Pictured above are the exact meals I served to my baby during her first month of starting solids. I actually filmed EVERYTHING I made for her as well as my toddler, husband, and me from Day 1 to Day 84 (so 3 months) in real time and turned it into an easy to access and follow program!
Do you want to minimize picky eating and set a solid foundation for a lifetime of healthy eating habits?
Check out this 3 month mastering self-feeding program! It’s the closest thing to me being in your kitchen
Once your baby has developed their pincer grasp, you can offer flattened chickpeas as a finger food.
Continue combining with other foods. It's important that they get exposed to mixed foods early before your baby becomes more selective. If they’ve never had foods touching and mixed together, it will be much harder to get them to eat these later on.
If you haven't already, this is a good time to introduce baby utensils (linked our favorites).
Continue offering flattened chickpeas until you observe that your toddler is ready for whole pieces.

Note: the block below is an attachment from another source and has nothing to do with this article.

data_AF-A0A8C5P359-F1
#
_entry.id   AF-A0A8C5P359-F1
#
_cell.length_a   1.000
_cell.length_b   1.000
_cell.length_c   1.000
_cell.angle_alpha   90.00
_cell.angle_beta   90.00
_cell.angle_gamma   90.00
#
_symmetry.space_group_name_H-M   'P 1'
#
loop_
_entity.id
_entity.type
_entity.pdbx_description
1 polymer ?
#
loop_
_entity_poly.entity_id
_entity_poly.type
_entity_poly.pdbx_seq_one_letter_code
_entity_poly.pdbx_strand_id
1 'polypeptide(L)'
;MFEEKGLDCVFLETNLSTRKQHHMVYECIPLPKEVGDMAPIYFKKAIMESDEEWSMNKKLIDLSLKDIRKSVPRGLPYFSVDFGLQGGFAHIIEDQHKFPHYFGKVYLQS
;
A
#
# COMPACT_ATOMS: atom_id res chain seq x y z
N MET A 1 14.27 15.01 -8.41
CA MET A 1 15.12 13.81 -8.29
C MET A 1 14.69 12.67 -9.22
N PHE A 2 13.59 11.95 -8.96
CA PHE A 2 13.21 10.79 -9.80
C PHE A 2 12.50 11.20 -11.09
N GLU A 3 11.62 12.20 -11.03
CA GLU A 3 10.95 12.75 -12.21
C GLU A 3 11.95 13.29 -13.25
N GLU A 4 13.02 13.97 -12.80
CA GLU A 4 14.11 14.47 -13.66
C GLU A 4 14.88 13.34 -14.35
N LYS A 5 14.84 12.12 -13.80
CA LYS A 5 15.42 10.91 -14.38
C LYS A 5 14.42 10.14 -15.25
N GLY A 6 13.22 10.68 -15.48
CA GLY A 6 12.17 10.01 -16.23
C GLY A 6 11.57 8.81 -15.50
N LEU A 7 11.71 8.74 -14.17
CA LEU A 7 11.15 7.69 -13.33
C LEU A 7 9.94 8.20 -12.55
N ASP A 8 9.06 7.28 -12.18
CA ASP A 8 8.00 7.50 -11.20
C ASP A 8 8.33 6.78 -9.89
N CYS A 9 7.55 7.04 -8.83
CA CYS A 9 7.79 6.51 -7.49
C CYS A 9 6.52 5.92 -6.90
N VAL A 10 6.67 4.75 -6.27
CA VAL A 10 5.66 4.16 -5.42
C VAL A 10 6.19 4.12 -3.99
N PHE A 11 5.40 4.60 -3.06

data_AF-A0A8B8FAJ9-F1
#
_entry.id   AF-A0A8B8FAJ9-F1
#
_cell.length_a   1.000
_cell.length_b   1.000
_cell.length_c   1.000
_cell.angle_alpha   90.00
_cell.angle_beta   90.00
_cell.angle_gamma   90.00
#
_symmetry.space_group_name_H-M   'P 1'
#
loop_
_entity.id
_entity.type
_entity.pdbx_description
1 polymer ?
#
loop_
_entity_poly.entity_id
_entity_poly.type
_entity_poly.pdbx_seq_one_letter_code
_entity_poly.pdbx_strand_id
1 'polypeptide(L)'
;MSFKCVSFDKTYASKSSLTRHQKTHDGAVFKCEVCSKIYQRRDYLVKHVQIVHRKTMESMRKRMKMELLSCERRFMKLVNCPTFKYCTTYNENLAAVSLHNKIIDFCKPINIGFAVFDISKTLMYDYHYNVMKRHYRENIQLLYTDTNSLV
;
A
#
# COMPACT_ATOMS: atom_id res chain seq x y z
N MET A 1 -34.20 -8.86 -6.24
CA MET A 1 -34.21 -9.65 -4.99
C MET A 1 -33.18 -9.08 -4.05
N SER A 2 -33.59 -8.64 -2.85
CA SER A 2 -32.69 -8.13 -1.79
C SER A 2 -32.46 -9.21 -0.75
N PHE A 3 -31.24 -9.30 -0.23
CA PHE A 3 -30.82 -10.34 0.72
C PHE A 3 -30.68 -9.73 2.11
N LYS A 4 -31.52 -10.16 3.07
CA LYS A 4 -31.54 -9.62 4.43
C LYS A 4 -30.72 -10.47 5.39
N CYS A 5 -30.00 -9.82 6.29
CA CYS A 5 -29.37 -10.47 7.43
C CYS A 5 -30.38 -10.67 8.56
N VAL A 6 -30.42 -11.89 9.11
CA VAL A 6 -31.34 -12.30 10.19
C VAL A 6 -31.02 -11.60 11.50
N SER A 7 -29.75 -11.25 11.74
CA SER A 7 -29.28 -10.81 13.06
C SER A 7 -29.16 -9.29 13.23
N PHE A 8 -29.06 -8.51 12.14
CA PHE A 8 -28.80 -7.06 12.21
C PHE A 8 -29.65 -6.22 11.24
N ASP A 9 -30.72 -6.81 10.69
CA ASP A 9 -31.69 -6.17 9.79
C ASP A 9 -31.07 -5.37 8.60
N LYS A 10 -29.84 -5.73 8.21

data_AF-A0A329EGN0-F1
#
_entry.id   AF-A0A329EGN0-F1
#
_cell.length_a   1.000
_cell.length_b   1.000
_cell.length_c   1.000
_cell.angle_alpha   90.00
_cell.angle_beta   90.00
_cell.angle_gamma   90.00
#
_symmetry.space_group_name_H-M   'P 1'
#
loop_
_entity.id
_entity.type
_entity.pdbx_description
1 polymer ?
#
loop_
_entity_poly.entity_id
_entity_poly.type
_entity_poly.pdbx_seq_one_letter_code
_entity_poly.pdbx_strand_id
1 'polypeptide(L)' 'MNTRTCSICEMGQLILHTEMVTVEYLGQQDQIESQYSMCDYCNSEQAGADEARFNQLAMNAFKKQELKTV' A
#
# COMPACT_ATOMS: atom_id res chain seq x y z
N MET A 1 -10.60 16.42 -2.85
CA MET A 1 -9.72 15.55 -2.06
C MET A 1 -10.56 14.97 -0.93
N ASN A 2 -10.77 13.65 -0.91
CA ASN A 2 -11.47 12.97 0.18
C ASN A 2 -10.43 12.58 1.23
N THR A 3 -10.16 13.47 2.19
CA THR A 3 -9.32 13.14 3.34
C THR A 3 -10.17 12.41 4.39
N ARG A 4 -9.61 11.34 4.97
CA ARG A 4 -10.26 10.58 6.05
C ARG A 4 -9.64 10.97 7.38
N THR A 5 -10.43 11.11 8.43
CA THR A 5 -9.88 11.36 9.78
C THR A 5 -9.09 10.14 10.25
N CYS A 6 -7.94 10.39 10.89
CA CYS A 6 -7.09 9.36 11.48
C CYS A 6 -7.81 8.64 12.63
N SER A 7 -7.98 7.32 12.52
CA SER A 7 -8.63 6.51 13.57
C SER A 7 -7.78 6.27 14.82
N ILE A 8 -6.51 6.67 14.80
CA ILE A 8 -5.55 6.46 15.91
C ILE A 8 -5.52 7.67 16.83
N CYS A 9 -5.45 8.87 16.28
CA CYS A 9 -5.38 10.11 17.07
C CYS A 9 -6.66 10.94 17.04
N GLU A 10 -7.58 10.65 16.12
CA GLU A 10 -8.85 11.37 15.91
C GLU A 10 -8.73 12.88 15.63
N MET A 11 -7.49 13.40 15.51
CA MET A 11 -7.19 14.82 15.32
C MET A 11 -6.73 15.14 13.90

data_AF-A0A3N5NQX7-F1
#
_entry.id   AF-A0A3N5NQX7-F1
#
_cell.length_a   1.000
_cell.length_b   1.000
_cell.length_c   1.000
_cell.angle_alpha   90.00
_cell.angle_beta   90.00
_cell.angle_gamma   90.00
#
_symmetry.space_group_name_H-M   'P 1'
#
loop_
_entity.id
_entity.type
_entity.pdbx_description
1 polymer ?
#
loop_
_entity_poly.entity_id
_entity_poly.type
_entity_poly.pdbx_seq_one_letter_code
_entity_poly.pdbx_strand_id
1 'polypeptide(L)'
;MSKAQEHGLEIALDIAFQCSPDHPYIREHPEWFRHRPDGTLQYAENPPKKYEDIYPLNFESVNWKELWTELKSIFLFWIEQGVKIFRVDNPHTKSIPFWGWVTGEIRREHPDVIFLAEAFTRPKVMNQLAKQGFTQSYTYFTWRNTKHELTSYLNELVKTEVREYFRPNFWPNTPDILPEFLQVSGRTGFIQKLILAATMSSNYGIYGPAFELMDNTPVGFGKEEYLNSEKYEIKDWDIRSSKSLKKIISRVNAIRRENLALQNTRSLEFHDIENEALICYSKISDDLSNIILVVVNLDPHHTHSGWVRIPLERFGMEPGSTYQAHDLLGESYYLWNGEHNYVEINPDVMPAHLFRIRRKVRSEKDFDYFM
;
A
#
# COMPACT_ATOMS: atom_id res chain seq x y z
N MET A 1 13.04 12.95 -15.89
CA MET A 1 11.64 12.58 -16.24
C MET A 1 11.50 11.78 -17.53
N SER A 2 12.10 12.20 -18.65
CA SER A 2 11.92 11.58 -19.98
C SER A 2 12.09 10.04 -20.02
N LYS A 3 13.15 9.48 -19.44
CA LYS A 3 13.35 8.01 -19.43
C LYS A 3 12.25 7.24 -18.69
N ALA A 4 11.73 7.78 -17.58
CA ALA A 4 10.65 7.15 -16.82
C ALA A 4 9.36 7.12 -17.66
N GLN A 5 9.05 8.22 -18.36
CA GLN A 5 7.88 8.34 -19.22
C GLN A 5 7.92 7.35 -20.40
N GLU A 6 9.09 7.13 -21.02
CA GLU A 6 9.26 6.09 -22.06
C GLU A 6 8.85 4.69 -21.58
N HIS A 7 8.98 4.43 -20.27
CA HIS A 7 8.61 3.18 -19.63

Chickpea Recipes for Babies and Toddlers
Frequently Asked Questions
Yes! They are so convenient and just as nutritious as the dried chickpeas. Just be sure to look for ones that are labeled "no salt added" or "low sodium" and that come with non-BPA lining. Rinsing them in running water can lower the sodium content even more.
Foods that are rich in fiber tend to cause gas. This list includes beans, cruciferous vegetables, oatmeal, prunes, peaches, and pears.
There's no need to avoid these foods completely as they offer so many beneficial nutrients that are essential for proper growth and development. Additionally, early introduction to a wide variety of flavors and textures is key in minimizing picky eating down the road.
If cooking dried chickpeas, soaking can help reduce the risk of gas and make them easier to digest.
Start by offering a small amount (1-2 tablespoons) and gradually serve more.